Kieren is a young man living in Sydney's western suburbs. He's currently working for a plumbing supply company and has plans to continue to work hard and eventually marry his girlfriend of two years, have children and buy a house. Kieren says that his foster carer has played a big part in who he is today.
Kieren was in foster care from the age of 12, where he entered care with Rob* and his partner Diane*. Diane sadly passed away during that time, but Kieren remained with Rob until he was 18.
Kieren described what happened when he first came into his foster home with Rob and Diane. "When I first got there, the carers were very caring, they were open, they were accepting. Something I like to describe is they weren't sympathetic, they were empathetic. They understood what I'd been through. They didn't give me a lot of 'I feel sorry for you' kind of thing, but when I made mistakes they knew where I came from so they gave me a little bit of extra rope."
Kieren describes his carer as a "country man, who loved outdoorsy things." Kieren lived with Rob in a house full of boys and they would ride motorbikes, build go-karts, go iceskating and most importantly, have bonfires.
"One of my best memories was the bonfires. All the boys would get together, we'd muck around. We got to bond and we would sit there for a couple of hours having a BBQ – who doesn't love a fire."
As well as the fun times, Rob also guided Kieren through the challenges of his teenage years. "My carer has had a pretty big influence on who I am today. I can deal with people better because whenever I had a struggle or disagreement at school or with one of the other foster kids, he'd let us deal with it ourselves - but if it was going the wrong way, he'd come in and show us how we could better deal with the situation and next time when it happened we'd do it better."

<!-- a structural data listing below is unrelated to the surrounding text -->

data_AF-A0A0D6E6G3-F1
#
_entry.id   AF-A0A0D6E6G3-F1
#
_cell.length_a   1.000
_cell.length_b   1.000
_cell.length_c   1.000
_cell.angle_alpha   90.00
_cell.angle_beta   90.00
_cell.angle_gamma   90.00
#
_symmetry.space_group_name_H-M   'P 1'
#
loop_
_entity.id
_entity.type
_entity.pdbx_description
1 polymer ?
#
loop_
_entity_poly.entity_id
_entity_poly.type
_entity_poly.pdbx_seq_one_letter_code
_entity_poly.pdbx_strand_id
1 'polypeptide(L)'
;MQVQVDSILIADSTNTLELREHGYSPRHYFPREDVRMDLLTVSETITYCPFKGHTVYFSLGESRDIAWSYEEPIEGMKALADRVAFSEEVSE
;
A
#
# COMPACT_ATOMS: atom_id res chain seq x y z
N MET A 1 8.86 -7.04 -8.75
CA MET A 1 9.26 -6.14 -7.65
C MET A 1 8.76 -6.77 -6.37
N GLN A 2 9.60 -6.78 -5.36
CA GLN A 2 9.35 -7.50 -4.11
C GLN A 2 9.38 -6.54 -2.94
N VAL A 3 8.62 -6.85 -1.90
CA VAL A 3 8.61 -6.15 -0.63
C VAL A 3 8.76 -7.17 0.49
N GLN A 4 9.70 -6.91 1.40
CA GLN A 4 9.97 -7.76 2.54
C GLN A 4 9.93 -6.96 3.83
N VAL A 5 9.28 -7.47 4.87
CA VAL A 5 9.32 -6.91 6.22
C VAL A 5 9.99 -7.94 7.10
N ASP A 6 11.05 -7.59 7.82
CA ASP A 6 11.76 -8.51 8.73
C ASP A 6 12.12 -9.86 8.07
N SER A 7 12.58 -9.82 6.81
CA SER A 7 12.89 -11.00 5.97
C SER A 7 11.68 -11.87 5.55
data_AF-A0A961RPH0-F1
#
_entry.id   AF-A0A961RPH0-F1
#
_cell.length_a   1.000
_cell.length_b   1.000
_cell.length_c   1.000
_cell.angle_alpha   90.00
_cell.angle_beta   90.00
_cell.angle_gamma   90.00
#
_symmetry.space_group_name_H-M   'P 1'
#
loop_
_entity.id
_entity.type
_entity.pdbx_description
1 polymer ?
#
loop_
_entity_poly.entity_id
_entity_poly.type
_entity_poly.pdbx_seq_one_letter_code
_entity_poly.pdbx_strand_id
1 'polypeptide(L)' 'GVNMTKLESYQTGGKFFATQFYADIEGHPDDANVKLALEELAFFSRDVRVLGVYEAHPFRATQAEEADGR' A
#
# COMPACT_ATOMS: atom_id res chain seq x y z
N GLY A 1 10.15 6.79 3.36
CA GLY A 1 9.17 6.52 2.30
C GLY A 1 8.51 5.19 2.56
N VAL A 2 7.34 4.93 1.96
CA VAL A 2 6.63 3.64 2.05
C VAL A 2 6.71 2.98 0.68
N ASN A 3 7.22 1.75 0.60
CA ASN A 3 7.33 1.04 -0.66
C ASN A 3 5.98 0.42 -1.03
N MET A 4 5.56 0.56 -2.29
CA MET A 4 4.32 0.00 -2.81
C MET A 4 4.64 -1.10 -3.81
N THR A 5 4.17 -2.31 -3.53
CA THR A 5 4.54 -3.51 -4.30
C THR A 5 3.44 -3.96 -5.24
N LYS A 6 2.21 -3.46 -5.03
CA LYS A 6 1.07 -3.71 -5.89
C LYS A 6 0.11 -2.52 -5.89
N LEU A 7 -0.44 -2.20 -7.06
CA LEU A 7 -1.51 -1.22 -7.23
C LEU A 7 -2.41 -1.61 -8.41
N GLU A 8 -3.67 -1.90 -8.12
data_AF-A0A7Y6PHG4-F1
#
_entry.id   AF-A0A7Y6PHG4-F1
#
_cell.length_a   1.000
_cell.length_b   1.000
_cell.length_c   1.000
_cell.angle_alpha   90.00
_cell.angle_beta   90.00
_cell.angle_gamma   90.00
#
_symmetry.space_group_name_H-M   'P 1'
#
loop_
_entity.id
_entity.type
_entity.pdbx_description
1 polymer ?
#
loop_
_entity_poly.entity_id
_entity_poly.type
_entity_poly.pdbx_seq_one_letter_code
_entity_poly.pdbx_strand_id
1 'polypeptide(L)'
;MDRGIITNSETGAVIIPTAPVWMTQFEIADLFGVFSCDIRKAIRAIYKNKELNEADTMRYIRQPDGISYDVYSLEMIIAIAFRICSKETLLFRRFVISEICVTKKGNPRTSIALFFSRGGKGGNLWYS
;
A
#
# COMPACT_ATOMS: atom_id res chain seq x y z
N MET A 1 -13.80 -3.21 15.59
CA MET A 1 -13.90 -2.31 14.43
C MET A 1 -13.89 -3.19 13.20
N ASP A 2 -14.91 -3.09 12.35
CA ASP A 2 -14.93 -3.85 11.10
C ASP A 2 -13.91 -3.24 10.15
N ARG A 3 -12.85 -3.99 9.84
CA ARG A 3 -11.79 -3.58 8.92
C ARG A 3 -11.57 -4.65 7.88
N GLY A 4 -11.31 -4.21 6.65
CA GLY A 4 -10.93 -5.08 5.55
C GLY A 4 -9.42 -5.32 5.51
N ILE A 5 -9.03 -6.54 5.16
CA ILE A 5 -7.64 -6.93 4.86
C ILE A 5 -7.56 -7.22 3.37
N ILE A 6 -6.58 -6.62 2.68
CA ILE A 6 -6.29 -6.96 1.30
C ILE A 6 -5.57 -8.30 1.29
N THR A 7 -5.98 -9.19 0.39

"I remember one experience I did have where I got emotional, I got a little bit aggressive and tried to tackle Rob – but he didn't take it the wrong way. It was right when my other foster carer passed away and I got very emotional and I got angry at the world and I tried to tackle him because I was angry. The next day he let me calm down and he just didn't hold it to me – he just forgot about it."
Kieren tried to move back in with his family a few times, and when it didn't work out, he'd be welcomed back into Rob's home.
After he left care when he was 18, Kieren went through a relationship breakup and he got into what he describes as some "bad habits." Rob was there for him through this tough time and Kieren moved back in for a few years. "My carer helped me through that – he let me come back and stay with him and that was a big thing for me because he didn't have to do that. It gave me that time to pick up and get back on my feet and it was great."
Kieren still has a great relationship with Rob and sees him often – in fact, he recently joined him for his 60th birthday.
When asked what advice he'd give to foster carers, Kieren says, "Carers in general need to be open. There's a lot of different kids out there with a lot of different experiences. Within reason, we need help dealing with everything. We make life difficult but you've just got to be patient. We're going to make things hard – but a lot of the times we're actually really good."
Kieren concludes, "My foster carer helped me to get where I am now. I went through a lot and I would have struggled harder if I didn't have someone to support me. A lot of people outside foster care don't get how good it can be."
Young person - care leaver
Stacey is a young woman studying at University with plans to complete a social work degree. Stacey talks about how important it was to her that her foster care family made her feel part of the family.